Many studies have indicated that the inhibition of autophagy by genetic manipulation provokes age-related pathological changes and reduces the lifespan of many organisms, e.g. C. elegans, Drosophila and mice [71,73,74]. Wu et al. [75] demonstrated that the deletion of the Atg7 gene induced mitochondrial disturbances, e.g. increased production of ROS and alterations in the metabolic profile, in mouse skeletal muscle. Cuervo and Dice [76] observed that also chaperone-mediated autophagy (CMA), not only macroautophagy, was impaired in rat liver during aging. They revealed that the decline was caused by an age-related decrease in the expression of LAMP-2A, the receptor protein of CMA. Interestingly, in subsequent studies [77], they demonstrated that the prevention of the age-related loss of LAMP-2A protein in transgenic mice could maintain efficient CMA and that this was associated with a reduction in the level of damaged proteins and improved liver function during aging. Many studies have also demonstrated that increasing the autophagic capacity by pharmacological or genetical manipulations can prevent the pathology linked to the aging process and even extend lifespan [78-80]. For instance, pharmacological induction of autophagy, e.g. by inhibiting mTOR by rapamycin can increase the lifespan of mice [79] (see below).

Caloric restriction (CR) is the most common anti-aging intervention which can extend lifespan in organisms ranging from yeast to humans [81]. CR is a potent physiological activator of autophagy [82,83]. Several studies have demonstrated that autophagy is required for the CR-mediated lifespan extension [71,83]. Colman et al. [84] revealed that CR delayed the onset of many age-related pathologies, e.g. incidence of diabetes, cancer, cardiovascular disease and brain atrophy, as well as reducing the mortality of rhesus monkeys. Moreover, it is known that CR effectively protects against inflammatory responses and can combat age-related pro-inflammatory phenotype [85,86]. CR has also several beneficial effects on mitochondrial quality control, e.g. ROS production [87,88], which can improve cellular housekeeping and prevent inflammasomal activation. Many studies have indicated that mitochondrial quality control has a key role in the regulation of the aging process [89,90]. For instance, Trifunovic et al. [91] demonstrated that triggering of point mutations and deletions into mtDNA induced a premature aging phenotype in mice.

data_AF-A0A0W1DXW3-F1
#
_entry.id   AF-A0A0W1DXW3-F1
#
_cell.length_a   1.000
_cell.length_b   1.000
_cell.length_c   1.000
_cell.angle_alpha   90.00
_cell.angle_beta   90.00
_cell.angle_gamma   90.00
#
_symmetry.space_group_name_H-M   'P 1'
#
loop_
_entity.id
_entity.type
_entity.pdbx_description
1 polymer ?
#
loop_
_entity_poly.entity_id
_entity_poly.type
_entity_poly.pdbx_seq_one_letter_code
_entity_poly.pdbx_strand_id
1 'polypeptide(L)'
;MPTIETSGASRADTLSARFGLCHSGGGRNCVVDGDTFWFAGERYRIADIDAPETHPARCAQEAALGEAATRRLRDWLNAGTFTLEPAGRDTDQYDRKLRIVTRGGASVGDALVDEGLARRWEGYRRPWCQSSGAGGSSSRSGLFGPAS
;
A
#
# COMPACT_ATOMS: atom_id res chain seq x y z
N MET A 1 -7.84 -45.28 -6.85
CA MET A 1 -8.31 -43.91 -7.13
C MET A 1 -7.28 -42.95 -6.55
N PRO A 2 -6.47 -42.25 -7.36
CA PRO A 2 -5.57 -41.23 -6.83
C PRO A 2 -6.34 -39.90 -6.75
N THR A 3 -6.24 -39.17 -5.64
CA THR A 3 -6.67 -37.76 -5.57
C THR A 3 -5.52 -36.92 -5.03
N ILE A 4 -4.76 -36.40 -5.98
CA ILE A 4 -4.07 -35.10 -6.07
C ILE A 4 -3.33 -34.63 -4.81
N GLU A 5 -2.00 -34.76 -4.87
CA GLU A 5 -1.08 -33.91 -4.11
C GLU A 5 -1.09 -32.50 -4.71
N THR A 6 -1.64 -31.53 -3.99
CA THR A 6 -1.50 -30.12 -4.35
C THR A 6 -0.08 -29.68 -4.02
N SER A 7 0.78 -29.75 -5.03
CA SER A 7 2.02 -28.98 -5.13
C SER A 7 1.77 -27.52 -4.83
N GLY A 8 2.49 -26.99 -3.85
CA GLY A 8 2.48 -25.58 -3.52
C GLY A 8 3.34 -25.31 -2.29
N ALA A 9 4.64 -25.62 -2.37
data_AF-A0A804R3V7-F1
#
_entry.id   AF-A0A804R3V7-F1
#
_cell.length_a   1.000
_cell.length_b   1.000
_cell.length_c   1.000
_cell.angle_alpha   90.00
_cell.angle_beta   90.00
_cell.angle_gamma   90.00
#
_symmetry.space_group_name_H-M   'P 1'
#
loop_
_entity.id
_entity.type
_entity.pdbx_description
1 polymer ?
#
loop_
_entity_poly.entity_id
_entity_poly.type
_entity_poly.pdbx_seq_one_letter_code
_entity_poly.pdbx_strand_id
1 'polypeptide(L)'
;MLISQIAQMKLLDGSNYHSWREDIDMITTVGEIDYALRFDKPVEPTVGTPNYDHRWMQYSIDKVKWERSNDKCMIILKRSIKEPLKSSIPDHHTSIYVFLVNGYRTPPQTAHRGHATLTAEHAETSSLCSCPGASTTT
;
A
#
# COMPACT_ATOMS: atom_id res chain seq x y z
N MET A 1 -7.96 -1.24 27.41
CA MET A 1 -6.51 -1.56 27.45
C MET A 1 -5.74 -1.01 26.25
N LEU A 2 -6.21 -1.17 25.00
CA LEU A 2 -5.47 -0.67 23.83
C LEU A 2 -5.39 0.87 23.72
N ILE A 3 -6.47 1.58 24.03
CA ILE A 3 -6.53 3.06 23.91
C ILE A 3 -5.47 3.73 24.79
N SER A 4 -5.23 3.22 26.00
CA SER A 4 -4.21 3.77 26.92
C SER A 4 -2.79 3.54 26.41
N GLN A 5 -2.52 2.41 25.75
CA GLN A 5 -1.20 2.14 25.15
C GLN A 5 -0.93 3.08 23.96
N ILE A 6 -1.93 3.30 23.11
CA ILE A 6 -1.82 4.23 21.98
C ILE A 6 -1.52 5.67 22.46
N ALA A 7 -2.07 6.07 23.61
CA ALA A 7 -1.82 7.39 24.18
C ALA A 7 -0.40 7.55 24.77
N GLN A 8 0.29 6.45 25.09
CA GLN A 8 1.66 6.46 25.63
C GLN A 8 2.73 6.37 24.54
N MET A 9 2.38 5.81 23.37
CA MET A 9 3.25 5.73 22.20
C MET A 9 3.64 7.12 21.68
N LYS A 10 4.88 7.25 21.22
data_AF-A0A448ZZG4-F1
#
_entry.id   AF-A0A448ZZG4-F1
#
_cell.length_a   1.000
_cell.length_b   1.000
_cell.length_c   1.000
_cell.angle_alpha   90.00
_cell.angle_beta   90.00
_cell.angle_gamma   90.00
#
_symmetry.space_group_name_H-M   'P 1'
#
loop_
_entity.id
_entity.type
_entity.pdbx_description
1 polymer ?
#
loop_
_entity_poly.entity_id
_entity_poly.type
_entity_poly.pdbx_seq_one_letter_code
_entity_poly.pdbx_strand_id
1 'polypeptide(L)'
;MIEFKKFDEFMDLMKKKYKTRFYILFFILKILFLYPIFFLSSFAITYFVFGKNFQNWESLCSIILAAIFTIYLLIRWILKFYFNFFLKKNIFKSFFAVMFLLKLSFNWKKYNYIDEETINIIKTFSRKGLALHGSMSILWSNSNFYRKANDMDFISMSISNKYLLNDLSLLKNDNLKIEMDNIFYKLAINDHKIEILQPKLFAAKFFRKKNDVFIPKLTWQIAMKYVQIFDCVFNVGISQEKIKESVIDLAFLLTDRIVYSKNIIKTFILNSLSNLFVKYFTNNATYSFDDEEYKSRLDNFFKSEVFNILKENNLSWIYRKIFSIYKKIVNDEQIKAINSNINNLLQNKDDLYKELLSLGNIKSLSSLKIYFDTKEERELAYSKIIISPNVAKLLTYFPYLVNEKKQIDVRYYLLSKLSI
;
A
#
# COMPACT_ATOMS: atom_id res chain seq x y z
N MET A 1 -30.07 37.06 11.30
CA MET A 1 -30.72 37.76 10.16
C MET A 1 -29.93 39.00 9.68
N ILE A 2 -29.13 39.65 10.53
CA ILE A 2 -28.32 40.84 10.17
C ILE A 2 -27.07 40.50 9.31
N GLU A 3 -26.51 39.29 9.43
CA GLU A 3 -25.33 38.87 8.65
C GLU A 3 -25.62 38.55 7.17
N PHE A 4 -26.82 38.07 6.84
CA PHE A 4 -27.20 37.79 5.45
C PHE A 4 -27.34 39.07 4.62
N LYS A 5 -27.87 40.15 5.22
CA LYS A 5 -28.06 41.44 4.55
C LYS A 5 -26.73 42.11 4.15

There are several regulatory mechanisms which could augment the appearance of inflammaging phenotype during the age-related deficiency of autophagy. It is well-known that increased levels of ROS can activate NF-κB signaling via multiple mechanisms [92-94]. For instance, several redox-sensitive protein kinases and phosphatases can stimulate IKK-NF-κB signaling and thus induce and maintain an elevated priming state of inflammasomal system. Moreover, a decline in autophagy can stimulate the activating kinases of the NF-κB complex, i.e. IκB kinase α and β (IKKα/β) and NF-κB-inducing kinase (NIK), which are degraded via selective autophagy [95-97]. Sequestosome-1/p62 is a cargo receptor for selective autophagy [98] and changes in autophagy regulate the p62 level which controls the formation of protein aggregates as well as activation of NF-κB signaling [99,100]. Both of these responses are typical hallmarks of inflammaging and inducers of inflammasomes.

In conclusion, the decline in autophagy during aging creates problems in cellular housekeeping functions which stimulate NF-κB signaling in order to directly or via inflammasomes trigger an age-related pro-inflammatory phenotype. Moreover, there are indications that inflammatory signaling can repress autophagy and thus induce this destructive interplay between autophagy and inflammasomes. For instance, tumor necrosis factor-α (TNF-α), an inflammatory cytokine, can induce or repress autophagy in an NF-κB-dependent manner [101]. In the presence of NF-κB signaling, TNF-α activates mTOR, a major autophagy inhibitor, whereas in cells lacking NF-κB activation, TNF-α treatment stimulates the expression of Beclin 1, an enhancer of autophagy. Both of these responses are dependent on the TNF-α-induced ROS production. Moreover, inflammaging can also enhance inflammasome activation without autophagy since e.g. glucocorticoids, known as anti-inflammatory compounds secreted with aging (see above), can strongly induce the expression of NLRP3 in macrophages [102]. Thus, it seems that the elevated cortisol level as an anti-inflammaging response could increase the priming state of inflammasomes and thus potentiate their response sensitivity during aging.

Activators of autophagy: promising drugs for inflammaging and related diseases